Ah, the joys of June! It’s such a beautiful time with so many Jewish couples getting married and starting their new lives together. My own wedding is like a dream. I was so nervous and shy about being the center of attention that the experience seems surreal. These days, I’m much better at appreciating the rich symbolism in Jewish wedding traditions.
The ceremony is a blend of many rituals that vary slightly by community. Typically, the bride and groom do not see each other the week before the wedding. This helps to build their excitement for the day. Just prior to the ceremony, each has a reception known as Kabbalat Panim, when they greet their guests separately.
Just after this reception, the bride and groom come together, and the groom places the veil on the bride in the ritual known as the badeken. This symbolizes his love for her inner beauty over physical appearance. It also reminds us of the Genesis story in which Rebecca covered her face before marrying Isaac.
The actual wedding ceremony takes place under a white wedding canopy, the chuppah. This symbolizes the new home they will be creating together. The bride and groom are escorted under the canopy by their parents.
An interesting custom in Ashkenazic communities is the bride circling the groom seven times to create an invisible circle around their new world with each other.
Next, the wedding couple drinks from a cup of wine as the rabbi recites betrothal blessings. What follows is the presentation of the bride’s wedding ring, and it is the defining moment in the Jewish wedding ceremony. This is because the marriage becomes official only after the groom has given the bride something of value, and the wedding ring serves this purpose.
Before placing the ring on the bride’s finger, the groom says to her, “Behold, you are betrothed unto me with this ring, according to the law of Moses and Israel.” If the bride will be giving a ring to the groom, this is done later.
The next step is the reading of the ketubah, the Jewish wedding contract. It details the husband’s obligations to provide food, shelter, clothing and emotional support for his wife. Oftentimes, the document is a beautiful work of art that is framed and displayed in the couple’s home.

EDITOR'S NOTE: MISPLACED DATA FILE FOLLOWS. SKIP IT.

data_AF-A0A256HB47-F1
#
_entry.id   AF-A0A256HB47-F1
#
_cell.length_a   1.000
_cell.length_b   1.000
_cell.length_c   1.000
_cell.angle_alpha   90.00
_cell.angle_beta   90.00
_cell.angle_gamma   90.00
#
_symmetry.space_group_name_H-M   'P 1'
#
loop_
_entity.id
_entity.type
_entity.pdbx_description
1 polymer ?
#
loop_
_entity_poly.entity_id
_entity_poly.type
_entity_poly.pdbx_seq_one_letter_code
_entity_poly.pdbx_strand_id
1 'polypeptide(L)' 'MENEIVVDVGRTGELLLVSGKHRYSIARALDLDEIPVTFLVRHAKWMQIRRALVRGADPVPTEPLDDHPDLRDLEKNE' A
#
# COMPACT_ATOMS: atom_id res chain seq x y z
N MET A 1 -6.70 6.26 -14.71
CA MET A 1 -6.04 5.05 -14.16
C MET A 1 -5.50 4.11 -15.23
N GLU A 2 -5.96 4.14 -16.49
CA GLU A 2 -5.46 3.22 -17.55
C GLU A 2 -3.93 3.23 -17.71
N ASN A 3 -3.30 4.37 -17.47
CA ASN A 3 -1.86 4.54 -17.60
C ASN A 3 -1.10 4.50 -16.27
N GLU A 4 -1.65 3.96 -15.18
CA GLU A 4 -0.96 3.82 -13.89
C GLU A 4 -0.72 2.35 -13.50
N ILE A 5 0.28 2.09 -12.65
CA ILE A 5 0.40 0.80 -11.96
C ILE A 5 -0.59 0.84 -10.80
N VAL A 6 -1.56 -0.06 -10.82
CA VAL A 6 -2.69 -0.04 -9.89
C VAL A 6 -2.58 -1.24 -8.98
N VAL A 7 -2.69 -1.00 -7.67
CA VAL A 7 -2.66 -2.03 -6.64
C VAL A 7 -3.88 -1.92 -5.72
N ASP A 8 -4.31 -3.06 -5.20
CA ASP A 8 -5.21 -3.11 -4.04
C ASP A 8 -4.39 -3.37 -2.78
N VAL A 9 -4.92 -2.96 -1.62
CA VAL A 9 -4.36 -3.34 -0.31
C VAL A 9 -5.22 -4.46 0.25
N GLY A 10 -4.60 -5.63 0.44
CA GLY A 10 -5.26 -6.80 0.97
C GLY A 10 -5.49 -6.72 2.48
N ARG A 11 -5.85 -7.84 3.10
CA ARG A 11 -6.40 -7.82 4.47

Then comes the recitation of the “Seven Benedictions,” followed by the couple’s drinking of a second cup of wine. One of the most anticipated parts of the Jewish wedding ceremony is the groom’s stomping on the glass wine cup to shatter it. This reminds us of the destruction of the Holy Temple, a tragedy that we can’t forgot even with the day’s many moments of joy. The glass shards are typically gathered up and displayed as a keepsake in a mezuzah.
The ceremony ends with everyone shouting, “Mazel Tov!” as the couple leaves the chuppa.
In this season of weddings, if you’re looking for a thoughtful way to congratulate the couple, check the Traditions Jewish Gifts’ online catalog for some great ideas. You’ll find a variety of artistic pieces – including candlesticks, mezuzahs, seder plates, menorahs, personalized photo frames and much more – that can be used to celebrate Jewish traditions throughout the year. Your gift will be a memorable, meaningful addition to their new Jewish home.Tags: Jewish Bride and Groom, Jewish Gifts, Jewish Wedding Gift, made in Israel, Mezuzah
As an adolescent, I never stopped to think about how wise my parents were to take me to Israel for my Bat Mitzvah. Our ceremony took place in the stone temple on top of Masada, the ancient fortress on the eastern edge of the Judean Desert. I was so excited by the spectacular views of the Dead Sea, the historic surroundings and the whole experience I was sharing with the 18 others on our Bar Mitzvah – Bat Mitzvah tour, I couldn’t think beyond the moment.
It wasn’t until years later when I traveled to Israel again that I understood my mom and dad had given me so much more than a great vacation. Every time I leaf through the photo album of the trip, or handle my parents’ gift of the Jewish star necklace I had admired at a Judaica store in Jerusalem, I’m moved by the memory of my special day. To me, these Bat Mitzvah gifts symbolize the rich traditions of Judaism, my passage into adulthood and my role as a woman in the Jewish faith.
That’s how meaningful gifts are. They go beyond the item itself to remind us of life’s milestones and the special people who share them with us.
A child’s Bar Mitzvah or Bat Mitzvah is the perfect opportunity to give a uniquely Jewish gift with special meaning. Our artisans’ collection at Traditions Jewish Gifts makes it easy to choose the right one. A handcrafted yad to help the young man or woman keep their place during the reading of the Torah, a beautiful tzedakah box to help them save for gifts to charity, an artisan-designed kiddush cup for drinking wine or a pair of candlesticks to light for Shabbat or any holiday – all make memorable Jewish gifts.
My own daughter, Amanda, is preparing for Bat Mitzvah in a few years. Our celebration plans aren’t firm yet, but a few things are certain: It will be a festive day shared with family and remembered for the rest of her life.Tags: Bar & Bat Mitzvahs, Gary Rosenthal Collection, Jewish Gifts, Judaica Artists, Judaica gifts, made in Israel, traditions jewish gifts, tzedakah